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Georgia’s Gwinnett County Public Schools board and Superintendent J. Alvin Wilbanks, on right, work together to gain trust.

Although a strong partnership between school board and superintendent is widely seen as crucial to district success, administrators and the non-educators filling board seats do not always receive training in how a disparate group of individuals becomes an effective team.

Chart shows K12 financial literacy requirements across the nations (click to enlarge)

As today’s students find themselves deciding money matters long before adulthood, progressive districts are introducing financial literacy lessons in elementary and middle grades—with some requiring high school students to complete a personal finance program to graduate.

Students at George Armstrong Elementary School in the Chicago Public Schools get lessons about money and finance. They learn about earning income and how to play a stock market game.

As today’s students find themselves deciding money matters long before adulthood, progressive districts are introducing financial literacy lessons in elementary and middle grades—with some requiring high school students to complete a personal finance program to graduate.

Transportation may be the most complex and costly issue. But to keep homeless students from dropping out or falling too far behind in class, administrators have to tapped into federal funds and community donations to provide tutoring, school supplies, extra meals and clothing, among other necessities.

In the Bonneville Joint School District in Idaho Falls, Idaho, a Summit Hills Elementary School student, right, takes a speech/language therapy class with therapist Claire Plowgian, above.

More districts now deliver speech and occupational therapy online. It’s a solution for staffing shortages, especially in less populated areas, when therapists can provide therapy, participate in IEP meetings and handle other tasks remotely.

Students at Charlotte-Mecklenburg Schools’ Cato Middle College High School begin earning college credit in their junior year and can graduate from a 13th grade with an associate’s degree or professional certification.

Ninth graders in North Carolina take all their classes on the campus of a major state university. Early-college high school students in Connecticut can gain an inside track to one of the world’s largest tech companies. Online and blended learners in Michigan can spend a fifth year in high school and graduate with an associate’s degree.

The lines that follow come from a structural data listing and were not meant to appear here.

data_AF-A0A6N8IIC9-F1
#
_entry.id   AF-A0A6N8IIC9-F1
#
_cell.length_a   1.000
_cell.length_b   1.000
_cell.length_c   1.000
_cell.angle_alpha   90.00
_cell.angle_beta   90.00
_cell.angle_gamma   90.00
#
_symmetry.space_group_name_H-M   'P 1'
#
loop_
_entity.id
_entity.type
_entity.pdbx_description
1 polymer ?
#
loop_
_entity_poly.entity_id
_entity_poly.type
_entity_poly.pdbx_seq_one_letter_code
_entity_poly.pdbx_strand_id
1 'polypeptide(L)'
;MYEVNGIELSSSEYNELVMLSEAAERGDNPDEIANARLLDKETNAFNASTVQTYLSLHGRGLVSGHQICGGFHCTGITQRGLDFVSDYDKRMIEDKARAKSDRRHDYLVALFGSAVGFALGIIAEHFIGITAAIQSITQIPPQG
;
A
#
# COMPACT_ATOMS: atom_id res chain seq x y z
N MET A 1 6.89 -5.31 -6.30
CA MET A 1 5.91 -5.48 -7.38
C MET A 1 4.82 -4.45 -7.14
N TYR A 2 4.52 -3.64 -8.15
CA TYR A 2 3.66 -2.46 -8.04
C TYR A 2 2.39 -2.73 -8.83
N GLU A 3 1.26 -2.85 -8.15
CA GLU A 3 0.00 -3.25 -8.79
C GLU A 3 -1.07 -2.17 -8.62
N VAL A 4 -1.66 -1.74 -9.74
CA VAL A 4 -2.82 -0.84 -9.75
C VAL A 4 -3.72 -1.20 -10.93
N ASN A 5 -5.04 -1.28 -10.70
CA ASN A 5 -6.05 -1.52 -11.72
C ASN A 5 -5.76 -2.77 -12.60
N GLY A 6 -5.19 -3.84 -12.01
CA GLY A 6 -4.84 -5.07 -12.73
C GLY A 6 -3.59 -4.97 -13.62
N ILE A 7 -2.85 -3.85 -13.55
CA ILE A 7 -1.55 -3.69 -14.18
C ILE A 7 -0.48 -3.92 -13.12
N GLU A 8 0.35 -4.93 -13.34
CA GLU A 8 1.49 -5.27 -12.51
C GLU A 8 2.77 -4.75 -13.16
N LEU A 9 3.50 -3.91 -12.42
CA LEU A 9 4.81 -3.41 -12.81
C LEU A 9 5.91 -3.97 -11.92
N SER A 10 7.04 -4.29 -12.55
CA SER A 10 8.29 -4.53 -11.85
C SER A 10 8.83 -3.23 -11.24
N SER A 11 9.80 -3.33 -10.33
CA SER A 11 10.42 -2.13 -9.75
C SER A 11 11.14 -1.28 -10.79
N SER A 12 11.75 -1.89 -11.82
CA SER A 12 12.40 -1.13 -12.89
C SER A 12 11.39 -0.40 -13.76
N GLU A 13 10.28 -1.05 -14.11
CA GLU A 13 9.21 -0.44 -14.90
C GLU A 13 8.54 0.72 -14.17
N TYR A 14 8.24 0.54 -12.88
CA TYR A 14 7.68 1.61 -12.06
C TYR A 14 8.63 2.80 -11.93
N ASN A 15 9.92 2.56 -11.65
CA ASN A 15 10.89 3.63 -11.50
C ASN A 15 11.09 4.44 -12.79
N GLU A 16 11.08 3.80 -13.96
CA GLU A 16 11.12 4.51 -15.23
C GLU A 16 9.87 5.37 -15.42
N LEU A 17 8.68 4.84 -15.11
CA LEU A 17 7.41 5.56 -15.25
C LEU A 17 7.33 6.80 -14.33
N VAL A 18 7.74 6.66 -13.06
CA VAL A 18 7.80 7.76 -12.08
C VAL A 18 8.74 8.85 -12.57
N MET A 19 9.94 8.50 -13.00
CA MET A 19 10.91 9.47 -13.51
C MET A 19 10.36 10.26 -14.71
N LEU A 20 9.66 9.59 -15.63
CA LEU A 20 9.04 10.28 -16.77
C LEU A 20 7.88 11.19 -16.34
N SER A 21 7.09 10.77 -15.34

NCTM presenter Skip Fennell, who is also a McDaniel College education professor, plays a math game with a teacher from Little River Elementary School in South Riding, Virginia, and a teacher from Mount Airy Elementary School in Maryland.

Teach students math procedures if you want them to solve equations. Instill a deep conceptual understanding of mathematics and get them thinking like mathematicians, and you’ve prepared your students to meet the challenges of the 21st century.

Maine early-college student Brianna Smith, right, studies water circulation in Portland Harbor with a community college professor.

Under a statewide program first funded in 2013, Vermont students can leave public high schools before their senior year to enroll full-time in college.

They can then graduate from high school with a full year of college credits. While students don’t pay tuition, they do have to pay for textbooks and fees.

New teachers in the first semester at the Wright City School District near St. Louis spend one day every month in PD. Teachers learn about assessment, teaching strategies and classroom management.

Teacher quality is crucial to the success of schooling, yet the teacher-hiring process is sometimes rushed and ad hoc. A late-summer flurry of activity in which subjective factors—from where a candidate went to high school to how many resumes an exhausted principal has already reviewed—can weigh as heavily as meaningful evidence of academic achievement or instructional effectiveness.

Psychologists from Boston Public Schools participate in PD events as part of the district’s Comprehensive Behavioral Health Model.

In many schools, psychologists have time for little more than assessing students. That prevents them from using their range of skills in counseling, data analysis and preventing bullying, suicide and violence. 

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